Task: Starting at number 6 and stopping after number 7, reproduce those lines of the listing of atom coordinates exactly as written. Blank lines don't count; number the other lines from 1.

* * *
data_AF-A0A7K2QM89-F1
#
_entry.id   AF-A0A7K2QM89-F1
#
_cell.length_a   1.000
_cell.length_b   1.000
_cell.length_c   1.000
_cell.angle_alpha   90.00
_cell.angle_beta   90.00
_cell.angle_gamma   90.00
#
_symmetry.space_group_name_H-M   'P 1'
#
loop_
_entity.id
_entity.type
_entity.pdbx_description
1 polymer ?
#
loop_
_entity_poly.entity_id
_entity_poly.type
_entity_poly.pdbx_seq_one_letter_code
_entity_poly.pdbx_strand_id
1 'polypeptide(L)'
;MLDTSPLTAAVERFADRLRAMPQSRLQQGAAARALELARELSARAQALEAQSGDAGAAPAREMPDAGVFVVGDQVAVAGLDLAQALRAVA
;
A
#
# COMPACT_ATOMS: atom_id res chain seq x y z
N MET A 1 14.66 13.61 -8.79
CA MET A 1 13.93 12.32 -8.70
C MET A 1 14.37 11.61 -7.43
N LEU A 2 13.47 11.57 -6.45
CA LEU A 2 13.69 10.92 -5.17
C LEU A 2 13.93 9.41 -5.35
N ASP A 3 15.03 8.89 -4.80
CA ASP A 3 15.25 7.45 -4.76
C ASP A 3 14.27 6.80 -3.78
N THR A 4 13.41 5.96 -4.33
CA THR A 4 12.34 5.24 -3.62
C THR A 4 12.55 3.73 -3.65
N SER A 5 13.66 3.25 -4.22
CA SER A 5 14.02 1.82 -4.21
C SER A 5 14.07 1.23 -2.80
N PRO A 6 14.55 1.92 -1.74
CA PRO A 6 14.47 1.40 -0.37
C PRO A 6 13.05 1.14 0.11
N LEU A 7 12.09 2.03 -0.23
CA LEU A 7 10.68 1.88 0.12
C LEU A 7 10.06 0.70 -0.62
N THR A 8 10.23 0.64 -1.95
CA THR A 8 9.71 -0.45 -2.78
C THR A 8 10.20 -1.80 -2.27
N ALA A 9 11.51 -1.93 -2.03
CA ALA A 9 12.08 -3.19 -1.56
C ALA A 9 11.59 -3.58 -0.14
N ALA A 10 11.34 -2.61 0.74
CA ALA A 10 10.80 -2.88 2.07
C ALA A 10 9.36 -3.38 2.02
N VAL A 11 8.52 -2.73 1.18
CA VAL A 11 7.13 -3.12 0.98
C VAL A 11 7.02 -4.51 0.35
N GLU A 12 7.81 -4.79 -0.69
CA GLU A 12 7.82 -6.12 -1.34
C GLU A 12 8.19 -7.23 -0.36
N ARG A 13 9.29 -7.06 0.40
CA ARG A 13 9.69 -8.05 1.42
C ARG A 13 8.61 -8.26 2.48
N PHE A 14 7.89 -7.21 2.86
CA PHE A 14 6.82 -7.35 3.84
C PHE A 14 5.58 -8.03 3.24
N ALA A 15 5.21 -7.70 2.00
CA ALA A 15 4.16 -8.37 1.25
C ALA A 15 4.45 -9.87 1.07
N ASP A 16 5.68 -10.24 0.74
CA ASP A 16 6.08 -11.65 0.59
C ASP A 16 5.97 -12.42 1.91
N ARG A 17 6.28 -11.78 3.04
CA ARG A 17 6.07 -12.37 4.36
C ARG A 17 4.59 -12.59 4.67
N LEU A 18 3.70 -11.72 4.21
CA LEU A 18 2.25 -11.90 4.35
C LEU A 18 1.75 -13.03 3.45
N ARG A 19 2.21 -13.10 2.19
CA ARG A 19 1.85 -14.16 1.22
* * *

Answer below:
_cell.length_b   1.000
_cell.length_c   1.000